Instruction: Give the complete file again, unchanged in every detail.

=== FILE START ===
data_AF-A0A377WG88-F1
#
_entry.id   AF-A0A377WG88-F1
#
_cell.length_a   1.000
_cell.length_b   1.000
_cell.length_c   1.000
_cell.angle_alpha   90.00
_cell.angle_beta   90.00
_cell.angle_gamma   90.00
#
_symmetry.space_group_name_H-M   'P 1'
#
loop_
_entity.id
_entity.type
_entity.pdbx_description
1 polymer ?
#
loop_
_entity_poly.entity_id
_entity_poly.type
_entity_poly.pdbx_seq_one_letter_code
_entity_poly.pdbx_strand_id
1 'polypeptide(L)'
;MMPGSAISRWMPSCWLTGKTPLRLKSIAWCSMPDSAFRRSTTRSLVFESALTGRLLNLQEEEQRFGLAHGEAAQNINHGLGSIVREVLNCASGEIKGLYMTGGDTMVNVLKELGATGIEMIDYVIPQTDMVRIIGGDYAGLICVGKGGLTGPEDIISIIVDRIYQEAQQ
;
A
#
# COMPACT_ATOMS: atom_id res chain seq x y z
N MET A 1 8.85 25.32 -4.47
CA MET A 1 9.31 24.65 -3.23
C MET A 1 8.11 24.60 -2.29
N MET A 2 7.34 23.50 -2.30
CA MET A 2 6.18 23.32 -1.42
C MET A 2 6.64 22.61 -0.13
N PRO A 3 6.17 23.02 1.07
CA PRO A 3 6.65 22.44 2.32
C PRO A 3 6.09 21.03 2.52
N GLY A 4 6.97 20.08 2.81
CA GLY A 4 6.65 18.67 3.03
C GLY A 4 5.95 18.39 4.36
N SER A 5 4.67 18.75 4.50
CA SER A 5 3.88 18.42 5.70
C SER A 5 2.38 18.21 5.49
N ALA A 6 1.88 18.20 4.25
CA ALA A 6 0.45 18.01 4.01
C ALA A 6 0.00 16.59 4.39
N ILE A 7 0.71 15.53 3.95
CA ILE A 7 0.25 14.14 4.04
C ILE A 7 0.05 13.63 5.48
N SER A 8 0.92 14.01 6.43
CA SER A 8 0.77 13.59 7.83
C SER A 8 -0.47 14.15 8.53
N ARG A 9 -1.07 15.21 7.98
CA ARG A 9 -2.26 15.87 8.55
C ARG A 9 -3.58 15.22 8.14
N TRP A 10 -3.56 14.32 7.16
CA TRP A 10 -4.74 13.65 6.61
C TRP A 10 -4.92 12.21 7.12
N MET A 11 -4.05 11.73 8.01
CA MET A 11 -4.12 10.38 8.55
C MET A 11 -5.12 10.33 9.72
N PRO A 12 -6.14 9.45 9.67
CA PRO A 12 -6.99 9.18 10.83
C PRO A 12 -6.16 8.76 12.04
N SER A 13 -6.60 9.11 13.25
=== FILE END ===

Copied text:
data_AF-A0A377WG88-F1
#
_entry.id   AF-A0A377WG88-F1
#
_cell.length_a   1.000
_cell.length_b   1.000
_cell.length_c   1.000
_cell.angle_alpha   90.00
_cell.angle_beta   90.00
_cell.angle_gamma   90.00
#
_symmetry.space_group_name_H-M   'P 1'
#
loop_
_entity.id
_entity.type
_entity.pdbx_description
1 polymer ?
#
loop_
_entity_poly.entity_id
_entity_poly.type
_entity_poly.pdbx_seq_one_letter_code
_entity_poly.pdbx_strand_id
1 'polypeptide(L)'
;MMPGSAISRWMPSCWLTGKTPLRLKSIAWCSMPDSAFRRSTTRSLVFESALTGRLLNLQEEEQRFGLAHGEAAQNINHGLGSIVREVLNCASGEIKGLYMTGGDTMVNVLKELGATGIEMIDYVIPQTDMVRIIGGDYAGLICVGKGGLTGPEDIISIIVDRIYQEAQQ
;
A
#
# COMPACT_ATOMS: atom_id res chain seq x y z
N MET A 1 8.85 25.32 -4.47
CA MET A 1 9.31 24.65 -3.23
C MET A 1 8.11 24.60 -2.29
N MET A 2 7.34 23.50 -2.30
CA MET A 2 6.18 23.32 -1.42
C MET A 2 6.64 22.61 -0.13
N PRO A 3 6.17 23.02 1.07
CA PRO A 3 6.65 22.44 2.32
C PRO A 3 6.09 21.03 2.52
N GLY A 4 6.97 20.08 2.81
CA GLY A 4 6.65 18.67 3.03
C GLY A 4 5.95 18.39 4.36
N SER A 5 4.67 18.75 4.50
CA SER A 5 3.88 18.42 5.70
C SER A 5 2.38 18.21 5.49
N ALA A 6 1.88 18.20 4.25
CA ALA A 6 0.45 18.01 4.01
C ALA A 6 0.00 16.59 4.39
N ILE A 7 0.71 15.53 3.95
CA ILE A 7 0.25 14.14 4.04
C ILE A 7 0.05 13.63 5.48
N SER A 8 0.92 14.01 6.43
CA SER A 8 0.77 13.59 7.83
C SER A 8 -0.47 14.15 8.53
N ARG A 9 -1.07 15.21 7.98
CA ARG A 9 -2.26 15.87 8.55
C ARG A 9 -3.58 15.22 8.14
N TRP A 10 -3.56 14.32 7.16
CA TRP A 10 -4.74 13.65 6.61
C TRP A 10 -4.92 12.21 7.12
N MET A 11 -4.05 11.73 8.01
CA MET A 11 -4.12 10.38 8.55
C MET A 11 -5.12 10.33 9.72
N PRO A 12 -6.14 9.45 9.67
CA PRO A 12 -6.99 9.18 10.83
C PRO A 12 -6.16 8.76 12.04
N SER A 13 -6.60 9.11 13.25